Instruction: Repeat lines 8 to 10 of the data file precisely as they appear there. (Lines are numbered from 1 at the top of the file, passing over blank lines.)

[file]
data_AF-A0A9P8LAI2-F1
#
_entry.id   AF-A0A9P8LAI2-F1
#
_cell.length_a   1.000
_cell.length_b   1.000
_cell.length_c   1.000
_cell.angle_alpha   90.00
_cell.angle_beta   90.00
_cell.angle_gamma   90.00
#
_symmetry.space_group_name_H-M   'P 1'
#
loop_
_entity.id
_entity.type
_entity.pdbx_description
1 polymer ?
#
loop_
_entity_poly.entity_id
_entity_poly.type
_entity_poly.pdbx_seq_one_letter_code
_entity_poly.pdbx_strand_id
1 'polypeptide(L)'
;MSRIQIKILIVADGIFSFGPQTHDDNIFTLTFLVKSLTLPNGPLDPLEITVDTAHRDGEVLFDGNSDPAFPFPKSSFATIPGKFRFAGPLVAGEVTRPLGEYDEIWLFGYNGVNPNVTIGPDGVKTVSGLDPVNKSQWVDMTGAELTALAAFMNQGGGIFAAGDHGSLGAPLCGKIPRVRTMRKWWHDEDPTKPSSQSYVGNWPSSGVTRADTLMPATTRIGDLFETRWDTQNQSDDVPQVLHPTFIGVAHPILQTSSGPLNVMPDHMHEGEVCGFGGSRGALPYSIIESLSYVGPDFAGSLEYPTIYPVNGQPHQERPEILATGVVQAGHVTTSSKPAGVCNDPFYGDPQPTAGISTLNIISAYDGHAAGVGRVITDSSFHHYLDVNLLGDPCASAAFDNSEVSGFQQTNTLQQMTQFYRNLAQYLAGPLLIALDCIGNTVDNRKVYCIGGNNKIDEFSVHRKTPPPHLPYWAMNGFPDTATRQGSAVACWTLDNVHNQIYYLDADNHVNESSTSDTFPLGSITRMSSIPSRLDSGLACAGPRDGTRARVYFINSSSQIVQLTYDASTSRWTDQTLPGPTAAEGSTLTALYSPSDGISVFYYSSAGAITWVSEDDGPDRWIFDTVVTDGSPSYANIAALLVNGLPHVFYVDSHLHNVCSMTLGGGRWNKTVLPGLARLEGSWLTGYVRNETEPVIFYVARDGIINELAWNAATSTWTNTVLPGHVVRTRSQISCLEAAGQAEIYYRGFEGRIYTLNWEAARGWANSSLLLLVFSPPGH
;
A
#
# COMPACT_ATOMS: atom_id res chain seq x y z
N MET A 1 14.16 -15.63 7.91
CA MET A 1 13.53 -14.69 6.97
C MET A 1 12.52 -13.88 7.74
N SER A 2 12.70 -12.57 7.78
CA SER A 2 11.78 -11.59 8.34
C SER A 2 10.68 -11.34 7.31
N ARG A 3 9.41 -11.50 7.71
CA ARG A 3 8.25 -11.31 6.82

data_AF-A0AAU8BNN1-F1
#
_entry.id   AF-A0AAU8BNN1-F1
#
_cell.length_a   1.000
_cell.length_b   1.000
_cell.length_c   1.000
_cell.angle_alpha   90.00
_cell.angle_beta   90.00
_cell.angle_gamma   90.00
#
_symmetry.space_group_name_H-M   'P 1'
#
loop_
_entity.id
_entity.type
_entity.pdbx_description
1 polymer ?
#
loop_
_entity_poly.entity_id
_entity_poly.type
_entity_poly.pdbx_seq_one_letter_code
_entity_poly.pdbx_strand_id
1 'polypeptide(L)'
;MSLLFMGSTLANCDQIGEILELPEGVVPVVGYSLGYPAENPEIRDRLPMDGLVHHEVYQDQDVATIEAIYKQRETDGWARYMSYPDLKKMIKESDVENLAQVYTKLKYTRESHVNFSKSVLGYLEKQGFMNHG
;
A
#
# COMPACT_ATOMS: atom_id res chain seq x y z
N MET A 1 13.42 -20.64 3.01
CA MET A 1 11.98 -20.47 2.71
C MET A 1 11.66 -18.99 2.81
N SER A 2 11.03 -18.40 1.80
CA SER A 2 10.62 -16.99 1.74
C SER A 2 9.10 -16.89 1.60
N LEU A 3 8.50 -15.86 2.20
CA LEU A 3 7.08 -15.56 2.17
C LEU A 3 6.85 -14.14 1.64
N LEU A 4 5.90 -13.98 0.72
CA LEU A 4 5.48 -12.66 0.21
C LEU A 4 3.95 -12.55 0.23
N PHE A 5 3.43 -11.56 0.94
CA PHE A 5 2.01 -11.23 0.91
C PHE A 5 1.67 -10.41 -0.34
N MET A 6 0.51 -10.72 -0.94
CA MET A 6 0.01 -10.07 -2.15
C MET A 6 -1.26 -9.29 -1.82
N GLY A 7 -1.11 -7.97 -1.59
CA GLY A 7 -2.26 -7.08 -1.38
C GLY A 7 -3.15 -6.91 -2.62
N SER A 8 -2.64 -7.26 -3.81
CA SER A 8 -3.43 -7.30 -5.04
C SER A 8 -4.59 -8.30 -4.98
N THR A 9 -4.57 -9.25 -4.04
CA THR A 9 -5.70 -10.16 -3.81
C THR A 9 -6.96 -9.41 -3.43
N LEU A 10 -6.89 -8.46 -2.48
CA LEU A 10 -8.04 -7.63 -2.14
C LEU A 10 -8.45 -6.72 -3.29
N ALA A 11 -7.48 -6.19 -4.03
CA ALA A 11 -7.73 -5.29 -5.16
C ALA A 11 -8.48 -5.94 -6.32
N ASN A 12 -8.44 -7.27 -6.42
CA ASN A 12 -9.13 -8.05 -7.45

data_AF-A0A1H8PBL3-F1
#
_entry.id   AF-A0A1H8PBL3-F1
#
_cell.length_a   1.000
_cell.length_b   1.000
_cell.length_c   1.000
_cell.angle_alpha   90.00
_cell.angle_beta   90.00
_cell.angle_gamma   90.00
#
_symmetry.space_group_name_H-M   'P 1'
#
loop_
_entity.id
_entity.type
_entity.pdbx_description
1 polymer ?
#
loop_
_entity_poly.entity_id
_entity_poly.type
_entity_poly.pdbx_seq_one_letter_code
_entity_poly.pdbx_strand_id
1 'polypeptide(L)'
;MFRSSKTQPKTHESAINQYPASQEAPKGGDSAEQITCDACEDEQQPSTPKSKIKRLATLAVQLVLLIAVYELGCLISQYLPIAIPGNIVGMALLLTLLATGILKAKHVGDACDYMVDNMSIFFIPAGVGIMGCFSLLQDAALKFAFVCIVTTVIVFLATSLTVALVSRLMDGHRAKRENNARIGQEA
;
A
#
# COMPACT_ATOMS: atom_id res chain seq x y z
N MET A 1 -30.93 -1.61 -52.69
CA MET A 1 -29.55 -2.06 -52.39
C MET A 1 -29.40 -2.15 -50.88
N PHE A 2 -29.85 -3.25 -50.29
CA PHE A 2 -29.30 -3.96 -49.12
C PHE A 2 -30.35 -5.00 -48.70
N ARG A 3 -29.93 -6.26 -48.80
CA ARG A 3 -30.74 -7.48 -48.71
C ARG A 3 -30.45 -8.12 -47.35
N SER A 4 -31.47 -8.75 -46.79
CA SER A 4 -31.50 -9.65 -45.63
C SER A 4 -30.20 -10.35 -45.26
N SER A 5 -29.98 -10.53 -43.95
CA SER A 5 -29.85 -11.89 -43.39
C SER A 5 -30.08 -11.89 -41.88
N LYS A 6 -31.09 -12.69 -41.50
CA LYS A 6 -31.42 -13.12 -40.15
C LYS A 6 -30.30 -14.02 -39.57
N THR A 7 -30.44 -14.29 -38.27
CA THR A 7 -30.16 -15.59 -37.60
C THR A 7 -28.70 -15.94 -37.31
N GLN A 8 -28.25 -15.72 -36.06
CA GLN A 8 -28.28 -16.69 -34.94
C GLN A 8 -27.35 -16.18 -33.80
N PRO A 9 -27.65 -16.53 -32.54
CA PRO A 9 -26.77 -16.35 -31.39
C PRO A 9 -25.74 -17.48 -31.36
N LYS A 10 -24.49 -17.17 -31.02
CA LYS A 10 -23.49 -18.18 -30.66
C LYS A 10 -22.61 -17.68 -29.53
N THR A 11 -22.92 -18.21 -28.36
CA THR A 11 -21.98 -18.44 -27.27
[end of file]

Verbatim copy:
_cell.angle_alpha   90.00
_cell.angle_beta   90.00
_cell.angle_gamma   90.00